In an effort to reduce indiscriminant use of antibiotics, we evaluated the management of VAP at our hospital. A study has shown that using a clinical pulmonary infection score (CPIS) of 6 or less to discontinue antibiotics at day 3 did not affect mortality and decreased resistance, length of ICU stay, and cost. Prior to instituting therapeutic guidelines for VAP using the CPIS, we retrospectively ... [Show full abstract] reviewed the diagnosis and treatment of VAP in our intensive care units (ICU). We determined the number of patients in our hospital that potentially could discontinue antibiotics after 3 days of therapy, based on the CPIS and the potential impact on cost.
Cases were obtained over a six month period from our infection control surveillance, which uses the National Healthcare Safety Network definition for VAP. We evaluated 50 patients, most of whom were in the surgical ICU (74%). At the time of diagnosis, 42/50 patients (84%) had a CPIS less than or equal to 6, of which 23 of 42 (52%) were eligible to have antibiotics stopped at day 3. The average duration of therapy was 13.5 days. Antibiotics costs would be decreased by $9293, if stopped, or approximately $444 per patient. Average length of stay in the ICU for patients who were eligible for short course therapy vs. patients who had VAP, with a CPIS of greater than 6, was 21.8 vs. 18.4 days.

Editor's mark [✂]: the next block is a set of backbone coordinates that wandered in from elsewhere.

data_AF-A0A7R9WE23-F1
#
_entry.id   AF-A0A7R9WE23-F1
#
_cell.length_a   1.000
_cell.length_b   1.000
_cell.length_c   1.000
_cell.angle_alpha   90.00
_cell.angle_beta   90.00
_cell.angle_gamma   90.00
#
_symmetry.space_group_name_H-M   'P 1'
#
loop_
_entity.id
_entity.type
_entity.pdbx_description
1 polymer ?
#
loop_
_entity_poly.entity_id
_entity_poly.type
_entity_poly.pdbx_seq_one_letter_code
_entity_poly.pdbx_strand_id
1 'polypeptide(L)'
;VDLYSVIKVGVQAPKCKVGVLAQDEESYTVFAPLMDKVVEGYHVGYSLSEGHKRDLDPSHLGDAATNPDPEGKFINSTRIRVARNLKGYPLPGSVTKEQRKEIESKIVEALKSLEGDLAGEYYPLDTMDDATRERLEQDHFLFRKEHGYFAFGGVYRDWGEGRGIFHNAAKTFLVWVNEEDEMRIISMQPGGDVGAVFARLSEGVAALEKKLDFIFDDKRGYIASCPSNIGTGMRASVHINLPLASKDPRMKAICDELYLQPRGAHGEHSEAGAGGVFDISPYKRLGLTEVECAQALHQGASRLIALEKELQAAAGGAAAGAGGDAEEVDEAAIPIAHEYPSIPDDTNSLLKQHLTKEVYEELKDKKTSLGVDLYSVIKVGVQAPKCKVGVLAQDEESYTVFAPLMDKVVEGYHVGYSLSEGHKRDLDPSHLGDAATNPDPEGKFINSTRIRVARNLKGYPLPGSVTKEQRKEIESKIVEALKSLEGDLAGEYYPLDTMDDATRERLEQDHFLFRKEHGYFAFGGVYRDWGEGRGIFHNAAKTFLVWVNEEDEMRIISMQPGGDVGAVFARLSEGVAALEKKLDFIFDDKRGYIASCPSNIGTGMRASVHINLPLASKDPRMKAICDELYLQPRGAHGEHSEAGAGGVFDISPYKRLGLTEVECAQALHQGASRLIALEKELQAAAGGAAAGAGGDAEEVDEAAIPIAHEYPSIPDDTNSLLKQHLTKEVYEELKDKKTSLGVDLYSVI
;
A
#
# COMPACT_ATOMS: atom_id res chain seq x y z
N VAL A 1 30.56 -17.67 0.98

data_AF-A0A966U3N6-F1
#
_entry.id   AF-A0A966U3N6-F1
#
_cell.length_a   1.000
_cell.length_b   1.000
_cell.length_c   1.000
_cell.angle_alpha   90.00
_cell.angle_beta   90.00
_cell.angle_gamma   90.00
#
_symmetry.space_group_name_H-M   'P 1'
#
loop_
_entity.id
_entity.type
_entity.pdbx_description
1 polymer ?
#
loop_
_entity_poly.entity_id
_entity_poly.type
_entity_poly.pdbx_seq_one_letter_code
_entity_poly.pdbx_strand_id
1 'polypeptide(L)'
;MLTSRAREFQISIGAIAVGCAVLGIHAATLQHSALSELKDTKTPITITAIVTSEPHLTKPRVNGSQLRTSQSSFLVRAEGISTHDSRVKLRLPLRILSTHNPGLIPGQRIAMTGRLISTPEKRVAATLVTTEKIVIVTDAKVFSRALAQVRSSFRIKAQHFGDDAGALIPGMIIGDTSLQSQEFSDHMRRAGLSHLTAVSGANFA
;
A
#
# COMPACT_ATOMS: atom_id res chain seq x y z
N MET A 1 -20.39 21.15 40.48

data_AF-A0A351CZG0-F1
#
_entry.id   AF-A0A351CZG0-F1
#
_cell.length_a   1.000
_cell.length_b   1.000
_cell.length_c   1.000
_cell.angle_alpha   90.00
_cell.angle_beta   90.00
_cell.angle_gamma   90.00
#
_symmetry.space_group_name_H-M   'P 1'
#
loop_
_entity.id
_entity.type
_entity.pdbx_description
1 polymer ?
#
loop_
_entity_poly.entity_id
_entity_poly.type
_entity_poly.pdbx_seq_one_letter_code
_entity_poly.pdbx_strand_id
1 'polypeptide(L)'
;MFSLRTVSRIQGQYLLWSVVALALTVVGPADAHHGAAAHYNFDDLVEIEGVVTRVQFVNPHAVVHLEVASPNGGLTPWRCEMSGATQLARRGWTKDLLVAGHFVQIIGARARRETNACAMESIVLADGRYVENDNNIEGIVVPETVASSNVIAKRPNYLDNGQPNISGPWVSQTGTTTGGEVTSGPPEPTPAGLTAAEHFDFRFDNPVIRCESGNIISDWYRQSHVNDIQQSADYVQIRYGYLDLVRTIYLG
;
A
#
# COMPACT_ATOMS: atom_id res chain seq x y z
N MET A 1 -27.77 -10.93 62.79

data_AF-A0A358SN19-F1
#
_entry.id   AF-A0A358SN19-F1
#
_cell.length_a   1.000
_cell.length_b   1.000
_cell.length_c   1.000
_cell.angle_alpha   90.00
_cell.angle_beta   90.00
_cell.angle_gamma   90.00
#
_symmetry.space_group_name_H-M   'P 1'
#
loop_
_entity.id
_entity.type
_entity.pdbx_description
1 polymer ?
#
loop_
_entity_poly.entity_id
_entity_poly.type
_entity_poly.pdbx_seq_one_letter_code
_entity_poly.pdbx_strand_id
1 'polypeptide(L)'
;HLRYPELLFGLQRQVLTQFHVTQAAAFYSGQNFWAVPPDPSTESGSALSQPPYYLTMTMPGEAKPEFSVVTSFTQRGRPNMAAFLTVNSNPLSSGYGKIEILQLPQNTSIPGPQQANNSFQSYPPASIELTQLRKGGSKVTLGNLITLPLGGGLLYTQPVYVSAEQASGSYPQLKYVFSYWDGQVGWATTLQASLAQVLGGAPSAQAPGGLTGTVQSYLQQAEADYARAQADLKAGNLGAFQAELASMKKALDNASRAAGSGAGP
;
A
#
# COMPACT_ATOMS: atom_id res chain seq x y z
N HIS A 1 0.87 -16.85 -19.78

The empiric use of antibiotics is warranted for ICU patients who appear to have VAP. However, as dictated by the clinical course and CPIS, nearly half of our ICU patients could have received 10.5 days less antimicrobial therapy. Length of stay in the ICU appeared to be prolonged for patients who may have received excess antibiotics. We are in the process of instituting guidelines for the management of VAP at our institution using the CPIS to evaluate the impact of a reduction of antimicrobial utilization on patient outcomes of VAP as well as antibiotic resistance.